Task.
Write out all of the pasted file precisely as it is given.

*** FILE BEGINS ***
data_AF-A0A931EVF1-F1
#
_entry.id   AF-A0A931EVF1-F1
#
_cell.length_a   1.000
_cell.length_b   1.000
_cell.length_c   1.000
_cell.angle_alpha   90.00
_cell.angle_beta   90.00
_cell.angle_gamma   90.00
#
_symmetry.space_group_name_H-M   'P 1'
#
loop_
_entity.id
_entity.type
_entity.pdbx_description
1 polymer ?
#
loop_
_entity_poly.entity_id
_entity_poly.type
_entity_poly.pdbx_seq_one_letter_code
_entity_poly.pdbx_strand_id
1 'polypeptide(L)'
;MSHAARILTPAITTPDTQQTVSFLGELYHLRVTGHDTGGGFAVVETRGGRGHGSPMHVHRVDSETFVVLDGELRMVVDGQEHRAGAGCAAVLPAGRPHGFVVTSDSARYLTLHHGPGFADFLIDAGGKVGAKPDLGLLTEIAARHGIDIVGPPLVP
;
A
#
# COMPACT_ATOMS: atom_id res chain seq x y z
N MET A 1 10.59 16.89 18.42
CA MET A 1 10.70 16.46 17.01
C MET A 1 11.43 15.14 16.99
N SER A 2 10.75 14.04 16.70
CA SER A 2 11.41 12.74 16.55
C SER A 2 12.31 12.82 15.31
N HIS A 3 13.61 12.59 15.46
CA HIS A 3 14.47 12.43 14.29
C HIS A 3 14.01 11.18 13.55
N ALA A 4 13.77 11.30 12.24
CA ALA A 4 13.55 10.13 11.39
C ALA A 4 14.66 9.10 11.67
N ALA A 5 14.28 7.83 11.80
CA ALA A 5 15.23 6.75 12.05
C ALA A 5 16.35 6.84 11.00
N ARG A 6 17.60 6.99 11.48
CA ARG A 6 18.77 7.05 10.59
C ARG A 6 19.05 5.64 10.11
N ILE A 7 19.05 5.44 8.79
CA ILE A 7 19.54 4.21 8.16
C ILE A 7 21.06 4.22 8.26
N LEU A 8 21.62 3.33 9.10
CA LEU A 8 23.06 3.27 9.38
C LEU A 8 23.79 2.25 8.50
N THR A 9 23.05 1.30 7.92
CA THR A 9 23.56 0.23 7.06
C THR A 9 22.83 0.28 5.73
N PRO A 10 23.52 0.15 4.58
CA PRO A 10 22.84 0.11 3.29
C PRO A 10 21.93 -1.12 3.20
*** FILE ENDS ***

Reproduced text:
data_AF-A0A931EVF1-F1
#
_entry.id   AF-A0A931EVF1-F1
#
_cell.length_a   1.000
_cell.length_b   1.000
_cell.length_c   1.000
_cell.angle_alpha   90.00
_cell.angle_beta   90.00
_cell.angle_gamma   90.00
#
_symmetry.space_group_name_H-M   'P 1'
#
loop_
_entity.id
_entity.type
_entity.pdbx_description
1 polymer ?
#
loop_
_entity_poly.entity_id
_entity_poly.type
_entity_poly.pdbx_seq_one_letter_code
_entity_poly.pdbx_strand_id
1 'polypeptide(L)'
;MSHAARILTPAITTPDTQQTVSFLGELYHLRVTGHDTGGGFAVVETRGGRGHGSPMHVHRVDSETFVVLDGELRMVVDGQEHRAGAGCAAVLPAGRPHGFVVTSDSARYLTLHHGPGFADFLIDAGGKVGAKPDLGLLTEIAARHGIDIVGPPLVP
;
A
#
# COMPACT_ATOMS: atom_id res chain seq x y z
N MET A 1 10.59 16.89 18.42
CA MET A 1 10.70 16.46 17.01
C MET A 1 11.43 15.14 16.99
N SER A 2 10.75 14.04 16.70
CA SER A 2 11.41 12.74 16.55
C SER A 2 12.31 12.82 15.31
N HIS A 3 13.61 12.59 15.46
CA HIS A 3 14.47 12.43 14.29
C HIS A 3 14.01 11.18 13.55
N ALA A 4 13.77 11.30 12.24
CA ALA A 4 13.55 10.13 11.39
C ALA A 4 14.66 9.10 11.67
N ALA A 5 14.28 7.83 11.80
CA ALA A 5 15.23 6.75 12.05
C ALA A 5 16.35 6.84 11.00
N ARG A 6 17.60 6.99 11.48
CA ARG A 6 18.77 7.05 10.59
C ARG A 6 19.05 5.64 10.11
N ILE A 7 19.05 5.44 8.79
CA ILE A 7 19.54 4.21 8.16
C ILE A 7 21.06 4.22 8.26
N LEU A 8 21.62 3.33 9.10
CA LEU A 8 23.06 3.27 9.38
C LEU A 8 23.79 2.25 8.50
N THR A 9 23.05 1.30 7.92
CA THR A 9 23.56 0.23 7.06
C THR A 9 22.83 0.28 5.73
N PRO A 10 23.52 0.15 4.58
CA PRO A 10 22.84 0.11 3.29
C PRO A 10 21.93 -1.12 3.20